Population and Culture


The Barents region is sparsely populated with approximately 5.3 million inhabitants living within its geographical territory, but it is nonetheless the most populous area in the Arctic. Each county has its own distinctive socio-economic and cultural features and each plays a specific role within the nation-state and the region as a whole. Due to the extreme climate and limited infrastructure, the population is largely concentrated to certain cities.

The two largest cities are Arkhangelsk and Murmansk in Russia, with 356 000 and 307 000 inhabitants respectively. The largest Nordic city in the region is Oulu, Finland, with 144 000 inhabitants, followed by Umeå, Sweden, with a population of 114 000. 

The region is the home for several indigenous peoples comprising about 7 000 Nenets in the Nenets Autonomous Okrug, 85 000 Sami people living in Norway, Sweden, Finland and Russia, and 6 000 Vepsians living in the Republic of Karelia. They have lived in this region for centuries and are the main indigenous groups present here.

There is an overall goal in the Barents region to secure the rights of indigenous peoples as well as ensuring general welfare and attract people to the region in order to enhance the regional cooperation. The Barents Euro-Arctic Council has established several working groups contributing to this development.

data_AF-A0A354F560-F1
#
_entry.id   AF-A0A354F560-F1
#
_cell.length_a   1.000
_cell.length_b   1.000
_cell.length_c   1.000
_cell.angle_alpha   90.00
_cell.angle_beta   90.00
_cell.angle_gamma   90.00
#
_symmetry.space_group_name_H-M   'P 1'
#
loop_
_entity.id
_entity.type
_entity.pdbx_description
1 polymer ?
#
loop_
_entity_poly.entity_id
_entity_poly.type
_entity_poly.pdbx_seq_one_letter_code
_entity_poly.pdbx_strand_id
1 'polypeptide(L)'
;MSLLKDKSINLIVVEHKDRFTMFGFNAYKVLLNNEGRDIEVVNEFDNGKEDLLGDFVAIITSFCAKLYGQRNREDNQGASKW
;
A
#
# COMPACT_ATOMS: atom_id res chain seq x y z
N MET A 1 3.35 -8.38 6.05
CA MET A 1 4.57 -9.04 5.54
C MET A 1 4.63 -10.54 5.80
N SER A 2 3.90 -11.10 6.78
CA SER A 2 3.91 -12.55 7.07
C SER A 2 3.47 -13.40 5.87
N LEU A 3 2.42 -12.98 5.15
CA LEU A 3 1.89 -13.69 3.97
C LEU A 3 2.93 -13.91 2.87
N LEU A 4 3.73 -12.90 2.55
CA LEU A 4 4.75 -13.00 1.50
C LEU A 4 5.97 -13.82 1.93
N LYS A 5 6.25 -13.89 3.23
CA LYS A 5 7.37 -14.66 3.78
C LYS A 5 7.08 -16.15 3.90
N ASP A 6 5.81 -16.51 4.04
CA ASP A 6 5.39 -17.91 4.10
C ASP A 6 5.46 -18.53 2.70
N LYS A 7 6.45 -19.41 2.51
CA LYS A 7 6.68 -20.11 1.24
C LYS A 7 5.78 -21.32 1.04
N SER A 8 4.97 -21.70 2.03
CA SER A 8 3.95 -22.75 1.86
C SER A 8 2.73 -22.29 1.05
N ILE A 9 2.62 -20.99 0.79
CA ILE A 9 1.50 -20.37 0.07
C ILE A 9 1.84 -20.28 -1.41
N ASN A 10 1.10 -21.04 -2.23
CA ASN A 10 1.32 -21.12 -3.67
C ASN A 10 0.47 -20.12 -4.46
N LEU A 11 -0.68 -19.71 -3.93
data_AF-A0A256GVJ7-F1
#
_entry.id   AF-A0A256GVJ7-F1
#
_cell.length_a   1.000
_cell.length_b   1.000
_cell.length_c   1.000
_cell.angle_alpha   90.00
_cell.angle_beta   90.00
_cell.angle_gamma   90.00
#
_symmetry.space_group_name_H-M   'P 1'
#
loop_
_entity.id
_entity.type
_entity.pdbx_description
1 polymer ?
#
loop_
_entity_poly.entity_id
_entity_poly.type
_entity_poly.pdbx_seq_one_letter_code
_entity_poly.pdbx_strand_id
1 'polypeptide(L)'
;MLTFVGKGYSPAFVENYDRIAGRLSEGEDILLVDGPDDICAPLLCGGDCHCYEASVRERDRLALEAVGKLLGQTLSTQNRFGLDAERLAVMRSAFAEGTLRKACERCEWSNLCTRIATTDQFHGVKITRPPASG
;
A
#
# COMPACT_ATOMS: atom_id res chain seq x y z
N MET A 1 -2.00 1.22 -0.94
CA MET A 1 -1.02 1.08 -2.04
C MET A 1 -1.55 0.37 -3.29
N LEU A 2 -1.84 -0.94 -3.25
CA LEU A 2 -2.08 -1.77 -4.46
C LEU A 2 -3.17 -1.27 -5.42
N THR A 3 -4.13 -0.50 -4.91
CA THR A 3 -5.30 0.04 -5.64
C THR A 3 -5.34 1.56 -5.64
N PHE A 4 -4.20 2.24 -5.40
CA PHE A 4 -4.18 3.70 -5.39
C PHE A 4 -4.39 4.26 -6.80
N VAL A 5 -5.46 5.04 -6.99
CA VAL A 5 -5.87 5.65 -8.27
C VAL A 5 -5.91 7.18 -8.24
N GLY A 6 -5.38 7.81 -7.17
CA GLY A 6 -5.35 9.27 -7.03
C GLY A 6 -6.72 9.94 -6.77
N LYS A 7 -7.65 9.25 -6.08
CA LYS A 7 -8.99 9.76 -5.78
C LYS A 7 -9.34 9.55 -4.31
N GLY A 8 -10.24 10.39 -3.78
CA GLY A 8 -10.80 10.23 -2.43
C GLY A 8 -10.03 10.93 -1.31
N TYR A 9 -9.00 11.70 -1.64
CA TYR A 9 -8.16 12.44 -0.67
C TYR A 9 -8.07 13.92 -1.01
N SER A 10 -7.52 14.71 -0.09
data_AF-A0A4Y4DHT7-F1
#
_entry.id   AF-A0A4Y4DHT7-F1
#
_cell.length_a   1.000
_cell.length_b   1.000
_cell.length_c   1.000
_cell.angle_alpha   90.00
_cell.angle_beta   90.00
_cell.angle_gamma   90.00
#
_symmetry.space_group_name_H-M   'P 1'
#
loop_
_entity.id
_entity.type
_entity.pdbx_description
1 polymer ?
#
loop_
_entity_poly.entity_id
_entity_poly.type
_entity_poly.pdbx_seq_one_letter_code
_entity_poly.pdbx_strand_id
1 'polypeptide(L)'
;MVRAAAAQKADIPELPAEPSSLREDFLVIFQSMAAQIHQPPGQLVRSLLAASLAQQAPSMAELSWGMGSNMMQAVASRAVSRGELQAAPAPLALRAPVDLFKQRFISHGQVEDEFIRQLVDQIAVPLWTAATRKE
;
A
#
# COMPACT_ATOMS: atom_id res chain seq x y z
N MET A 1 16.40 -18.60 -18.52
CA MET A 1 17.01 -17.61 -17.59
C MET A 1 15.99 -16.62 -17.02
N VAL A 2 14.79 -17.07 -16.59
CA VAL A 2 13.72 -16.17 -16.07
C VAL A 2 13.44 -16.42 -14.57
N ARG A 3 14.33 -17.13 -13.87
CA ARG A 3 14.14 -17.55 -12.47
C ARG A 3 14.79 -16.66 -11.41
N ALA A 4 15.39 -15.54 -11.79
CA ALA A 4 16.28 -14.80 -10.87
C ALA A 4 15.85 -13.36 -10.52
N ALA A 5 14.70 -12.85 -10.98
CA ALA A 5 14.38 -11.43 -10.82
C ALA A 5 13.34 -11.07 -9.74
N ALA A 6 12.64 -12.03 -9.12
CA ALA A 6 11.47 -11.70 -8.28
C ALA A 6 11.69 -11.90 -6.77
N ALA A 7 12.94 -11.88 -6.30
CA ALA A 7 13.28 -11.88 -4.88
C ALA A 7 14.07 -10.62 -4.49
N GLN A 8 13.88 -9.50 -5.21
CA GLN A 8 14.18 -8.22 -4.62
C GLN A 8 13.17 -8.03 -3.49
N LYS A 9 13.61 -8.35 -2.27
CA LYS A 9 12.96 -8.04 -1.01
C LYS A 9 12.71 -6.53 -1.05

Cultural preservation and cultural exchange are fundamental prerequisites for enhancing the Barents Cooperation and is therefore of high importance to the BEAC. Cultural activities contribute to cooperation by promoting the region as a whole, which consequently serves as an important tool to attract investment, create workplaces and thereby enhance peoples’ welfare. Furthermore, cultural exchange across national borders creates an understanding, tolerance and proximity between the people in the Barents region, which strengthens the prospect for further cooperation also on higher political level.

Project funding in Barents

How to make your Barents project dreams come true? We have gathered information for all Barents relevant funding sources in our new portal.

Read more


During two missions, in 2007 and 2012, Swedish journalist Tom Juslin traveled through the Nordic countries to find out how climate change affects people, animals and nature - "Climate Journey" opens the planned series of exhibitions in in Kirkenes

Read more